With all the big world events saturating media coverage, many may have missed recent back-page news reports that a colossal space collision released an estimated 200 Earth masses of gold and 500 Earth masses of platinum in a cosmic fireworks display.
Okay, just to be entirely forthright, I should probably add that this event actually occurred about 130 million light years away, while scientists only found out about it last August.
In any case, now that I’ve got your attention, I might as well tell you the rest of the story.
Apart from the perhaps disappointing fact that all the loot got pretty broadly scattered along with lots of nasty radioactive waste, that collision of two neutron stars yielded a veritable treasure trove of illuminating scientific information about the universe which followed another underreported discovery two years earlier. And yes, Einstein was once again proven right.
So let’s begin with that earlier February 2016 announcement of what the Royal Swedish Academy accurately described as “a discovery that shook the world.” That was when the detection of a collision between two massive black holes a billion light years away validated Einstein’s 1916 “General Theory of Relativity.” Just as he predicted, the resulting gravity waves jiggled space-time with invisible cataclysms that reached all the way to us.
Einstein foresaw a dynamic universe in which what we call “gravity” results when matter and energy warp the geometry of space-time in much the same way that a heavy sleeper sags a mattress…a condition so elastic that it can expand, tear and collapse into black holes which are so dense that even light can’t escape them.
He envisioned that those gravity waves from motions of black holes and other dense remnants of dead stars would stretch and compress space in orthogonal directions as they pass by an observer, just as sound waves compress air. And he correctly theorized that those waves would travel at the speed of light.
These radical ideas were all confirmed on September 14, 2015, when remarkably sensitive instruments in two different states first detected a gravity wave emanating from the collision of two gigantic black holes. That “chirp” signal which lasted only a fifth of a second was greeted by thousands of scientists as a loud opening bell for a whole new era of astronomical revelations.
The amazing discovery deservedly earned the award of a $1.1 million Nobel Prize in Physics last October to Rainer Weiss at MIT, along with Kip Thorne and Barry Barish of the California Institute of Technology. Together with legions of other dedicated scientists and technicians at the Laser Interferometer Gravitational-wave Observatory (LIGO) and its sister organization (the LIGO Scientific Collaboration), they innovated and demonstrated a marvel of dedicated achievement which was more than 40 years in the making.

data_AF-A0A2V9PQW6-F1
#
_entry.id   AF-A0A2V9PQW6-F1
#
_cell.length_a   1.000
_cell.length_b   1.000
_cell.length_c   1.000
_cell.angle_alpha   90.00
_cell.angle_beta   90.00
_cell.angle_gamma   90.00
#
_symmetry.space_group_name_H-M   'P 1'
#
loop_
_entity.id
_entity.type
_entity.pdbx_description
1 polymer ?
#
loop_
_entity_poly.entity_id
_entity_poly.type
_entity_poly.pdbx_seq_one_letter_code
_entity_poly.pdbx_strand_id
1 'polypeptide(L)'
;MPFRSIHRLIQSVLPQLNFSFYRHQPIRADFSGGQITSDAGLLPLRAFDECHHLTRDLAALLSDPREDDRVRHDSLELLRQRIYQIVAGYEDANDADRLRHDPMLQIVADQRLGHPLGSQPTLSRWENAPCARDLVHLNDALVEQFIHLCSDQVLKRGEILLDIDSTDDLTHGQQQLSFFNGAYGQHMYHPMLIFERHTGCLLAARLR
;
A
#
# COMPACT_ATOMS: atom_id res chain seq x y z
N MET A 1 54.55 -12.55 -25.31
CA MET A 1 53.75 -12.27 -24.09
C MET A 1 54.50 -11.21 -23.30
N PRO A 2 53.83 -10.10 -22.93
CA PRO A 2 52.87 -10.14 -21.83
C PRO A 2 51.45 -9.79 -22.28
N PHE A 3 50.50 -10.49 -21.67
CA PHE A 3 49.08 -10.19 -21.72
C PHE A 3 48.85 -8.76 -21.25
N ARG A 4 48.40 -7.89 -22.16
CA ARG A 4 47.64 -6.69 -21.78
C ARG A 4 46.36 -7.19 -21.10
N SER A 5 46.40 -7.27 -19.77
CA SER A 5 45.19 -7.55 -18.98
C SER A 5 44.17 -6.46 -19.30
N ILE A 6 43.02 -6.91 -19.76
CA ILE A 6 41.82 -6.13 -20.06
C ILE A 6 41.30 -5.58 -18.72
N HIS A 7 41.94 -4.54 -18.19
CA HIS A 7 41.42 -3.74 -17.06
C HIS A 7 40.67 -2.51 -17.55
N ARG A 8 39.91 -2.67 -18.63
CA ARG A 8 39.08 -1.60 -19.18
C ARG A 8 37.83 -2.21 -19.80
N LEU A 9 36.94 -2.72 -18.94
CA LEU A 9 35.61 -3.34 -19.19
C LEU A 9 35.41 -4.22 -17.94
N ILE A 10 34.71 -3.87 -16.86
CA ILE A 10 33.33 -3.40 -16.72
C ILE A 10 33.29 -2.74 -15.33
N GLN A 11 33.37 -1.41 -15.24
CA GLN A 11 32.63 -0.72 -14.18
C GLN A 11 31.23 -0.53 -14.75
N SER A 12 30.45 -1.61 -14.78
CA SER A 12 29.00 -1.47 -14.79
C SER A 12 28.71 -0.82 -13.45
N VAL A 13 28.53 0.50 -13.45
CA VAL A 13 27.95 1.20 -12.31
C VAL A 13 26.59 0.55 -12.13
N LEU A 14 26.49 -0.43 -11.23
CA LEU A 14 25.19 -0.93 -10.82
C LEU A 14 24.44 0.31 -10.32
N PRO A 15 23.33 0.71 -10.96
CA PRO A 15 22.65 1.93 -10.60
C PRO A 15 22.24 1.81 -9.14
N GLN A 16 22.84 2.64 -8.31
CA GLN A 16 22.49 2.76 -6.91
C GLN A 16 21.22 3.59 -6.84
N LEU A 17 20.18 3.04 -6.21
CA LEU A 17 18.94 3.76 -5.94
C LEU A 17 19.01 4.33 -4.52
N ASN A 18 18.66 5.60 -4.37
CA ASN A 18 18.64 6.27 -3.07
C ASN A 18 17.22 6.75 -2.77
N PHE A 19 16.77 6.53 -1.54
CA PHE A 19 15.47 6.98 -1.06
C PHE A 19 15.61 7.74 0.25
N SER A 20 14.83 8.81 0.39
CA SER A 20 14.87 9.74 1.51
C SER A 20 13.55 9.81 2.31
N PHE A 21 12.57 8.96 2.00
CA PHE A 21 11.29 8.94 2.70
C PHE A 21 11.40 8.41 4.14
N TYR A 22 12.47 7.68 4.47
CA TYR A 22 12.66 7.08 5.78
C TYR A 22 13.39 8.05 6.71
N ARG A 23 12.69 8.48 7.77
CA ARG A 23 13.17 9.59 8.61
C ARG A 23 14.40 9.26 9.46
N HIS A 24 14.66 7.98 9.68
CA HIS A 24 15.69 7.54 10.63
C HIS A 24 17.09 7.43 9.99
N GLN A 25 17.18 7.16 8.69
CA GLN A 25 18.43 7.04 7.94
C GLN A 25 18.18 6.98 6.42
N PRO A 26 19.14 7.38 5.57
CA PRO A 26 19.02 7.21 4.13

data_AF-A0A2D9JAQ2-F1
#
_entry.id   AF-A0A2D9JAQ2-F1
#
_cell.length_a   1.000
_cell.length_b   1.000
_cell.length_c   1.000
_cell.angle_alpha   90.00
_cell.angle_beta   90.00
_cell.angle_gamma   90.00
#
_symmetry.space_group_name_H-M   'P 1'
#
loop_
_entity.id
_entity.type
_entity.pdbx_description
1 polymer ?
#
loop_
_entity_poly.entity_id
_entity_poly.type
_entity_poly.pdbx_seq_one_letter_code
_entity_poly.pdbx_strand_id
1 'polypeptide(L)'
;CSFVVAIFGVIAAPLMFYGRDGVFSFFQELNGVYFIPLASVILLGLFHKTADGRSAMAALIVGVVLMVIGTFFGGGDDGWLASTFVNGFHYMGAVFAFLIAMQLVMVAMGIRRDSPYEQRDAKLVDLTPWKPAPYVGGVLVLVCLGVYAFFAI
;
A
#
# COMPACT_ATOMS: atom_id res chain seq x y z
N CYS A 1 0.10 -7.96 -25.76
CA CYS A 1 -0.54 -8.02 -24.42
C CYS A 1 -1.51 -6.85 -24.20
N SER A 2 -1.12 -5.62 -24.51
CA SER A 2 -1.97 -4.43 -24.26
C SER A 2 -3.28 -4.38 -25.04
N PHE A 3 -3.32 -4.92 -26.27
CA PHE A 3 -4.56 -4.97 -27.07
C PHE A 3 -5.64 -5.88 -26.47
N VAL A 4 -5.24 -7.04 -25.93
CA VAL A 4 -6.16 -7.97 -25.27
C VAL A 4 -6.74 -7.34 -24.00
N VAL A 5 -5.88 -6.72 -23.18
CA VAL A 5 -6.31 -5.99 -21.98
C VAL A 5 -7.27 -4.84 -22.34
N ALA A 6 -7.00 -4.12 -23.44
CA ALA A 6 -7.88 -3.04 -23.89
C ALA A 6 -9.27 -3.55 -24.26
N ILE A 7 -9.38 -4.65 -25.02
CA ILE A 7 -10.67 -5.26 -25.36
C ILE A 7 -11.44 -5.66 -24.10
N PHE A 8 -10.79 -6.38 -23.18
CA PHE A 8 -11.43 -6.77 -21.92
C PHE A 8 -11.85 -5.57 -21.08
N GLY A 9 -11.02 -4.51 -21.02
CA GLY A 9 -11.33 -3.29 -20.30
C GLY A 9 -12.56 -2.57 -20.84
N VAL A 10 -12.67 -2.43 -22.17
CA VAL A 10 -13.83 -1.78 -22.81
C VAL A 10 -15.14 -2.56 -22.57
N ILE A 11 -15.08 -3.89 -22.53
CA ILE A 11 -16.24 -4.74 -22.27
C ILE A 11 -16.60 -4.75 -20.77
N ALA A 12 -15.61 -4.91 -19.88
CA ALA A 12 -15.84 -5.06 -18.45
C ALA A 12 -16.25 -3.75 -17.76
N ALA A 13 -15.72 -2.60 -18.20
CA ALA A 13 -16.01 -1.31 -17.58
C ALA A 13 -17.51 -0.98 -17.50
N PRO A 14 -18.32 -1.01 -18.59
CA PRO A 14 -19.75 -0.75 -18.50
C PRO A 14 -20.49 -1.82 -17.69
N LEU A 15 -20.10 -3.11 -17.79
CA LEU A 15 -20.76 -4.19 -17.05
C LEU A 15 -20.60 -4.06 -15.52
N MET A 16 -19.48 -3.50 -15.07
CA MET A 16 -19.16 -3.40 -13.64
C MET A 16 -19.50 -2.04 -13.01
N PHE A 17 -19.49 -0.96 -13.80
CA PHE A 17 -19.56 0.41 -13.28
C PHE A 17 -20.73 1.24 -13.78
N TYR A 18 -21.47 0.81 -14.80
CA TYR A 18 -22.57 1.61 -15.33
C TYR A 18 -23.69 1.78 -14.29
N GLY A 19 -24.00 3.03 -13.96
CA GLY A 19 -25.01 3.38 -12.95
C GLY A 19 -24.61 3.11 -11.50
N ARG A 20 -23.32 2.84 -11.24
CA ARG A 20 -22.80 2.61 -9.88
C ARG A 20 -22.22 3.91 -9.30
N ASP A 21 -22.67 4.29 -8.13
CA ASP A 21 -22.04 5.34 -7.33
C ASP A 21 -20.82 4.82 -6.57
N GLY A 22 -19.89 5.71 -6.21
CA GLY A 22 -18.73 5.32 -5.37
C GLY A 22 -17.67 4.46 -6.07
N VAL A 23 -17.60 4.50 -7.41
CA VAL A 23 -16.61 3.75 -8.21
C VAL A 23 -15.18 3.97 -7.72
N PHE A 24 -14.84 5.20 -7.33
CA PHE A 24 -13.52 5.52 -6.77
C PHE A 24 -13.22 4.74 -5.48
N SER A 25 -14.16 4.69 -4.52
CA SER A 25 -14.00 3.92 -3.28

The LIGO program constructed two L-shaped antennas, one in Hanford, Washington, and the other in Livingston, Louisiana, with a laser light bouncing along 2.5-mile-long arms in the world’s biggest vacuum tunnels to monitor the shape of space.
Weiss and Thorne hatched the idea in an all-night 1975 hotel brainstorming session.
Following the work of others, they calculated that a typical gravity wave would change the laser-measured distance between two detection mirrors by an almost imperceptible distance of one part in a billion trillion…less than the diameter of a proton.
Weiss reported that it took the team two months after that cheerful chirp before they were convinced that it was the real deal. Since then, most recently in conjunction with a new European detector (Virgo), at least four more black hole collisions have been documented.
Then on August 17, LIGO instruments detected ripples in the space-time grid produced by a different type of event. In addition to gravity waves, the collision of two neutron stars also released visible light which was observed by Earth-based telescopes. Initially appearing as a bright explosion of blue, the color soon faded to a deep red.
The discovery confirmed, as expected, that collisions of neutron stars produce enormous gamma-ray bursts, along with about half of all heavy elements (including that gold and platinum) which are dispersed in gases that eventually settle down and condense to form new stars and planets. The blast initially released a mushrooming cloud of radioactive waste about the size of a small city moving at a few tenths of the speed of light.
After a day, the cloud had reached the size of our solar system.
Neutron star collisions are rare events, estimated to occur less than 100 times per million years in a single galaxy. Yet as LIGO and Virgo detectors continue to search tens of millions of galaxies for more such marvelous events, who knows?
Maybe some of them will even be big enough to make prime time news.